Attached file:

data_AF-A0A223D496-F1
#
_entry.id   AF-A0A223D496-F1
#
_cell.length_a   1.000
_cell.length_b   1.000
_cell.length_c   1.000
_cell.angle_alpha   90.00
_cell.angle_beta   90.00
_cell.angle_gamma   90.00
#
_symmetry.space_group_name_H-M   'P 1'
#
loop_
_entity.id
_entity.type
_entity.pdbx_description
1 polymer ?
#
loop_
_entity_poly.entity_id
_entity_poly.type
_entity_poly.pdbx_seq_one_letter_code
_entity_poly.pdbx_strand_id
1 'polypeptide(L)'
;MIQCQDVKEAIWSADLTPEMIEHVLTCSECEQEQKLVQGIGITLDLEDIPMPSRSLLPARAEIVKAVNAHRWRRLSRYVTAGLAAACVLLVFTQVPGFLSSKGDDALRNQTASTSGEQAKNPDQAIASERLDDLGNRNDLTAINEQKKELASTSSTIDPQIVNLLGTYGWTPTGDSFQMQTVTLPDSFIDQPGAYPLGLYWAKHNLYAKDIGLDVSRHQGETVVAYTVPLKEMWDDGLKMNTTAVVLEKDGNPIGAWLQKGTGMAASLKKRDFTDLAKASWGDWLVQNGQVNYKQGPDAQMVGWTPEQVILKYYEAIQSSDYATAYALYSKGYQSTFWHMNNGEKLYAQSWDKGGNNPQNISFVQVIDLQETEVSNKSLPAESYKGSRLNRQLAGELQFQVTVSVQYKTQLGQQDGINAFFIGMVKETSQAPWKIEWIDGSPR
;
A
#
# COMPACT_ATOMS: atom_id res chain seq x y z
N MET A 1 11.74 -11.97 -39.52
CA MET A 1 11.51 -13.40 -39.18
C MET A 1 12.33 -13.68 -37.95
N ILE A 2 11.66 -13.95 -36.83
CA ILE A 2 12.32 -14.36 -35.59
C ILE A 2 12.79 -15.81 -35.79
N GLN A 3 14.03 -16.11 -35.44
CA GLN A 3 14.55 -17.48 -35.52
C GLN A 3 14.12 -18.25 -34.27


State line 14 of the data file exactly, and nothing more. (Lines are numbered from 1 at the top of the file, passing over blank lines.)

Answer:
loop_